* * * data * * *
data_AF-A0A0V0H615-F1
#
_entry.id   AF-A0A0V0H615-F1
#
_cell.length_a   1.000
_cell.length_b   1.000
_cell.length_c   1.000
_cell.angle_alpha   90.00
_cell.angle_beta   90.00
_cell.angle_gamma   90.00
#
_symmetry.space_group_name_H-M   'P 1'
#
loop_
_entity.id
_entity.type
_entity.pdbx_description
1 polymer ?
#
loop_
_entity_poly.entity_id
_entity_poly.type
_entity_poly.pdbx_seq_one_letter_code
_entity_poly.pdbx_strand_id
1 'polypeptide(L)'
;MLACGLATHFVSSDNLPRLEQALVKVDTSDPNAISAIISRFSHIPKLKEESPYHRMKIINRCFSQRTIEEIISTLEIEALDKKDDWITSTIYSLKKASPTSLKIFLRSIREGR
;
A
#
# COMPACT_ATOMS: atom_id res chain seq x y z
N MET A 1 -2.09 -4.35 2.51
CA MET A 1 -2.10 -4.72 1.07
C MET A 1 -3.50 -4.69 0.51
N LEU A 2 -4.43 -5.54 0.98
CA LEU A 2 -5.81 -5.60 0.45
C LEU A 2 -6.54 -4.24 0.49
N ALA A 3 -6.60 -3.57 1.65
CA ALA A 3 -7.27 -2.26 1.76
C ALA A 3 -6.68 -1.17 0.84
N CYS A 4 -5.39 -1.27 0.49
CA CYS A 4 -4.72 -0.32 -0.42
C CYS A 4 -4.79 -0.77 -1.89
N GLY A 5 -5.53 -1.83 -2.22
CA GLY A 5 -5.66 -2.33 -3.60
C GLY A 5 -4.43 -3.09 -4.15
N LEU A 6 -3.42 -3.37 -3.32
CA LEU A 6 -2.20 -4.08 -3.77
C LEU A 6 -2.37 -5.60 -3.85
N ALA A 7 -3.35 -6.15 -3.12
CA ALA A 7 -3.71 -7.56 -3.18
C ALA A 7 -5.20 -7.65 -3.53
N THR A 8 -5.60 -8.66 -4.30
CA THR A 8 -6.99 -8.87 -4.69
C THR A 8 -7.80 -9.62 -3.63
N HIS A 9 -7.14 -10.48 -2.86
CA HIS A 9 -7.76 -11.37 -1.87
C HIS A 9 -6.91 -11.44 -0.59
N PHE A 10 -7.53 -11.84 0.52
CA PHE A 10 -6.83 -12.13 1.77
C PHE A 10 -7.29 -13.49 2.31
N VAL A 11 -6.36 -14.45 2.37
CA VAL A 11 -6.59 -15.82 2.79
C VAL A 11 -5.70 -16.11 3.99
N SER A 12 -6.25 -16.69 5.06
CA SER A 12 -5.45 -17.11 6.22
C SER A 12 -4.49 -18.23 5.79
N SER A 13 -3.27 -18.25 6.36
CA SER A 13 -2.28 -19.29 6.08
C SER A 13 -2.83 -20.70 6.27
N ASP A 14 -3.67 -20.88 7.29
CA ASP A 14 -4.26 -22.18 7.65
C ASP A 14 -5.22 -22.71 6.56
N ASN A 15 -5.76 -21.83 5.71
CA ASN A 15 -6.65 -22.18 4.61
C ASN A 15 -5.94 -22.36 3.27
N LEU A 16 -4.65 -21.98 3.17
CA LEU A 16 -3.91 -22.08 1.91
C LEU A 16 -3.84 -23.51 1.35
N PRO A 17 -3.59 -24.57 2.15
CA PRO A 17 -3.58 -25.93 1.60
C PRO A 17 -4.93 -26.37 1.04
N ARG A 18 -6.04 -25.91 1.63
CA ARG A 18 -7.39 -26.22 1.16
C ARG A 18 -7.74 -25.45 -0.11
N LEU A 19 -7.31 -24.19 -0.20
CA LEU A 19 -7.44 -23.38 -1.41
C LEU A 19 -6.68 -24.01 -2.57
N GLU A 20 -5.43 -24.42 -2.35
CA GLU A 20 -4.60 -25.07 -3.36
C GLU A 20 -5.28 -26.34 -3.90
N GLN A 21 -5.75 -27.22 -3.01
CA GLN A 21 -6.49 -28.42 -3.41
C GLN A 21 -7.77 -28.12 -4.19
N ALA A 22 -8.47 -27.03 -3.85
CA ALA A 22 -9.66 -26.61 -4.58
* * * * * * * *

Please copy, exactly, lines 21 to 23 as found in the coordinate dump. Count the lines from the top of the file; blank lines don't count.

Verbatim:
_entity_poly.entity_id
_entity_poly.type
_entity_poly.pdbx_seq_one_letter_code